In a phonics lesson, vowels are introduced as letters that are not consonants. The definition is then followed by a review of “A, E, I, O, U”. The lesson may get more complicated once a student asks why the letter “y” sounds like an “e” in a word like “funny”, and then changes to or makes the sound of an “i” in a word like “by”! In the English language, vowels are a bit more complex than the “A, E, I, O,U and sometimes Y” rule.
Vowels are sounds produced without closing any part of the mouth or throat. They are the principal sound in syllables. In English, there are five letters that represent vowels, which sounds like a simple rule. However, there are actually 12 pure vowel phonemes, or units of sound. When factoring in diphthongs, there are a total of 20 vowel sounds to master.
Short vowel sounds do not sound like their corresponding letter names. The short vowel sound generally occurs when there is one vowel in a word, either at the beginning of the word or in between two consonants. For example, “if” and “elk” or “fit” and “flat.
A typical short vowel pattern is called the consonant vowel consonant pattern, or CVC. Examples include words like “pin” or “bug”. CVC words are usually introduced in primary grades, starting as early as kindergarten or first grade. These words are typically taught as word families, which are groups of words with a common feature or pattern. For example, short vowel “a” is found in the “-at” CVC word pattern, like “cat”, “bat”, and “hat”. Word families help young readers identify predictable patterns within words.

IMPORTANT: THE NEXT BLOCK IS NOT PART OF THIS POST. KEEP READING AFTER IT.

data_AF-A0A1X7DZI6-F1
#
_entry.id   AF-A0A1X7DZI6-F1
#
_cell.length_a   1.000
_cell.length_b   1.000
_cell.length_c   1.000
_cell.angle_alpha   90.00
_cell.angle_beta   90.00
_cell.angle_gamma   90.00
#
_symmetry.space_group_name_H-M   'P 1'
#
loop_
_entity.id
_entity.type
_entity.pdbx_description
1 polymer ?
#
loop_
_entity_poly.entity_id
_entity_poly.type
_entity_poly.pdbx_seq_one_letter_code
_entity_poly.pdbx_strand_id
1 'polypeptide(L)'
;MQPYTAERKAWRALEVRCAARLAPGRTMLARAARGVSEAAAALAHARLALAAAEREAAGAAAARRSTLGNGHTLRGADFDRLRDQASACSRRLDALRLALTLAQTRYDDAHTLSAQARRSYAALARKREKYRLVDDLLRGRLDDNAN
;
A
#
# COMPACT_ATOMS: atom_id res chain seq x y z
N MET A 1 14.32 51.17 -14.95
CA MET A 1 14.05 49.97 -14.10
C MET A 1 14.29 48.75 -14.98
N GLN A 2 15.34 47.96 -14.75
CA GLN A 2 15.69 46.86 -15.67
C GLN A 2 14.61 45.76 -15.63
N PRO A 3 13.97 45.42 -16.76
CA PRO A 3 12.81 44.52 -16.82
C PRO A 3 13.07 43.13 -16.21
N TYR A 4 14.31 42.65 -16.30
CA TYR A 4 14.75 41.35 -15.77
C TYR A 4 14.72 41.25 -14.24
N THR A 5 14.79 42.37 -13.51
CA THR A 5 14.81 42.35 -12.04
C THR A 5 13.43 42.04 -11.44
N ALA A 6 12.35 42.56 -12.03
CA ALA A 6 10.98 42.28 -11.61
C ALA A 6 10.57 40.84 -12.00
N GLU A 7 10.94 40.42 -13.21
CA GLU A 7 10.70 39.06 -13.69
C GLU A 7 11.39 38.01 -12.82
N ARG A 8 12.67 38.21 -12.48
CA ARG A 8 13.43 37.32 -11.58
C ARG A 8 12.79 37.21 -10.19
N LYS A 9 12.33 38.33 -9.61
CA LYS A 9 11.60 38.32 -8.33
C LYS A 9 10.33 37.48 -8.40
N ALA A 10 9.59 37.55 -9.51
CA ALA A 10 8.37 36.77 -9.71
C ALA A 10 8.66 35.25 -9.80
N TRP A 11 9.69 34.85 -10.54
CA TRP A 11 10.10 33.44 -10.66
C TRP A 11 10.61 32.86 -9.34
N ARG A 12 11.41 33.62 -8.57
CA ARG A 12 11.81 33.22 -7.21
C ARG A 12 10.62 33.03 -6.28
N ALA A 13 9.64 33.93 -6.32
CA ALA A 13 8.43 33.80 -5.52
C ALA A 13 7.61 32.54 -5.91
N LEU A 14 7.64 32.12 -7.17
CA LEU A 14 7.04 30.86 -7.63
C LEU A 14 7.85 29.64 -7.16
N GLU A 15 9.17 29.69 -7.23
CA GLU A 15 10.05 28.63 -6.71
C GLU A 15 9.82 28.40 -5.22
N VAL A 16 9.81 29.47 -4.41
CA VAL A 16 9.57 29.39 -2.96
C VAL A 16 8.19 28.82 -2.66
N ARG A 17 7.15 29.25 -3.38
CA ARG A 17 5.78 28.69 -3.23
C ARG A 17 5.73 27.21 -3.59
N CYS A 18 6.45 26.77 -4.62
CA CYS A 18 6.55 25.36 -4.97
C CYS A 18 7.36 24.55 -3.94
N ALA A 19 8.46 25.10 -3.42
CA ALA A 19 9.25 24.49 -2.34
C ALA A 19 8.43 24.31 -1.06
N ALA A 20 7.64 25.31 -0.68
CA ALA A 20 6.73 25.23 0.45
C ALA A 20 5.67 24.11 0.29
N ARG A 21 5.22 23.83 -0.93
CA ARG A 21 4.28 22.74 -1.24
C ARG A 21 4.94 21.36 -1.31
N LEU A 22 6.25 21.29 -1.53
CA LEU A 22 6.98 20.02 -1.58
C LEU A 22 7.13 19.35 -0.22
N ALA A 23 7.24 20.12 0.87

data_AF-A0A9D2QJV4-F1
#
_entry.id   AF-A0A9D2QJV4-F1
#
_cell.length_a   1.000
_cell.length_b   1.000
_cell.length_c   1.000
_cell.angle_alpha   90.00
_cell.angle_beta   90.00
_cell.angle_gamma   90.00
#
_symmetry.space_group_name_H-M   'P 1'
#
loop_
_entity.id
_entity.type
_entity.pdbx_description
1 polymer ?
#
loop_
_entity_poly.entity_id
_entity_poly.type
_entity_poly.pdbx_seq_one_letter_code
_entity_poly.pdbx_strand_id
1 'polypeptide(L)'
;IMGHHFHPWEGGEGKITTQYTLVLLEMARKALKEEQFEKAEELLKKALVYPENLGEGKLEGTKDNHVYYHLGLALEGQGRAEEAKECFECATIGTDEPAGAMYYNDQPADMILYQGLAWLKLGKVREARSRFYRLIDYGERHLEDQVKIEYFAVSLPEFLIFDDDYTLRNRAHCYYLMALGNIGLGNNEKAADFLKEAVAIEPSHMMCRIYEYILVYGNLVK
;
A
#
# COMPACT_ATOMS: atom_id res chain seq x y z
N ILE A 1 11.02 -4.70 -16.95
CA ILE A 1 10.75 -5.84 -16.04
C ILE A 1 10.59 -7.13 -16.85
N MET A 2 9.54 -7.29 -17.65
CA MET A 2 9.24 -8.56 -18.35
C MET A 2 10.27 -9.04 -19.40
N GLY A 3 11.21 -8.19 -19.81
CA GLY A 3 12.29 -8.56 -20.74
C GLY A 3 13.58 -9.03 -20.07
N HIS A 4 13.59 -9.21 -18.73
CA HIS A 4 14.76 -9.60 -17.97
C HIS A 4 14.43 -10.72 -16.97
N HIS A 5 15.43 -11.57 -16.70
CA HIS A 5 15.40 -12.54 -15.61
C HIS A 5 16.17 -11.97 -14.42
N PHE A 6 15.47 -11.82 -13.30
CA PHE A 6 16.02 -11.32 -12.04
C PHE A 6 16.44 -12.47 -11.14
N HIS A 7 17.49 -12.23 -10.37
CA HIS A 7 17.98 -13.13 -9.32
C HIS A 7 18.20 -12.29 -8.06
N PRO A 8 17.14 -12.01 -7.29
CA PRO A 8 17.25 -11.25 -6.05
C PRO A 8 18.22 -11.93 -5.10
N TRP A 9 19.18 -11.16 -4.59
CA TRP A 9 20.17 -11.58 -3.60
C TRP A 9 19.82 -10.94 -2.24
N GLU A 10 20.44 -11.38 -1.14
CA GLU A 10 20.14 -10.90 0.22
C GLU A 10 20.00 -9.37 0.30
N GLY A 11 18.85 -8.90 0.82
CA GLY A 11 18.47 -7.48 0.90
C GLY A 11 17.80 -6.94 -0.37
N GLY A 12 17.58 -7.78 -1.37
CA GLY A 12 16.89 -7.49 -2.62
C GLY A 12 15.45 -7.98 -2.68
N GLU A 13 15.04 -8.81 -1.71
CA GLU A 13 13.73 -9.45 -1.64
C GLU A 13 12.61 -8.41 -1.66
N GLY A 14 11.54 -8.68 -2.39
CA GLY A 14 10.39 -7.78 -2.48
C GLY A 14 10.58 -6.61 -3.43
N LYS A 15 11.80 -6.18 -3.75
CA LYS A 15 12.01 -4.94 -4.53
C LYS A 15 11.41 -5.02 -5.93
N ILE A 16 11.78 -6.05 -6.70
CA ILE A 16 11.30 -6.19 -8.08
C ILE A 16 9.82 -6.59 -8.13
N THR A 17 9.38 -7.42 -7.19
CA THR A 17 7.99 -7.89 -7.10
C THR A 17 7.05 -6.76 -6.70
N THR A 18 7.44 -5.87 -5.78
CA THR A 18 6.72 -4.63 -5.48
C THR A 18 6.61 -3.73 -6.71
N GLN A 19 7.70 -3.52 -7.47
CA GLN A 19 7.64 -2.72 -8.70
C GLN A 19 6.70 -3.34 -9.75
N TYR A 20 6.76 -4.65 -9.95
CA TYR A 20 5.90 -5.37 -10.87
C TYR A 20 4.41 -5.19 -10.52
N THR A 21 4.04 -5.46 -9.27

VocabularySpellingCity has created short vowel CVC word lists to supplement phonics instruction. Lists can be paired with interactive phonics and spelling games for student use during literacy centers. Students can practice CVC word family patterns with Word Unscramble. In this game, students hear a word read aloud and spoken in a sentence, and must then rearrange the letters accordingly.
Long vowels are pronounced the same as their letter name. The concept is often explained to students as “the long vowels say their name”. Long vowel sounds are typically produced when a single vowel is found at the end of a word or syllable, such as “go”.
Another long vowel rule is simply stated in the rhyme, “When two vowels go walking, the first one does the talking.” If there are two vowels in a word or syllable, the first vowel is usually long and the second vowel is silent, like in “boat” or “rain”. When this occurs, the set of vowels is referred to as a vowel digraph. It is important to note that there are exceptions to the rule, like “said” and “shoe”.
Silent “e”, sometimes referred to as magic “e”, is an additional long vowel rule taught in the primary grades. Students learn that adding a silent “e” to a CVC word can change the word’s meaning and vowel sound. Adding silent “e” to the word “can” turns it into “cane” and “kit” turns into “kite”. Short vowel sounds transform into long vowel sounds.
VocabularySpellingCity offers long vowel word lists to accompany long vowel lessons. Pair words lists with engaging learning games and activities, perfectly suited for independent student practice during literacy centers. With FlashCards, students have the opportunity to hear long vowel sounds as each word is spelled and read aloud.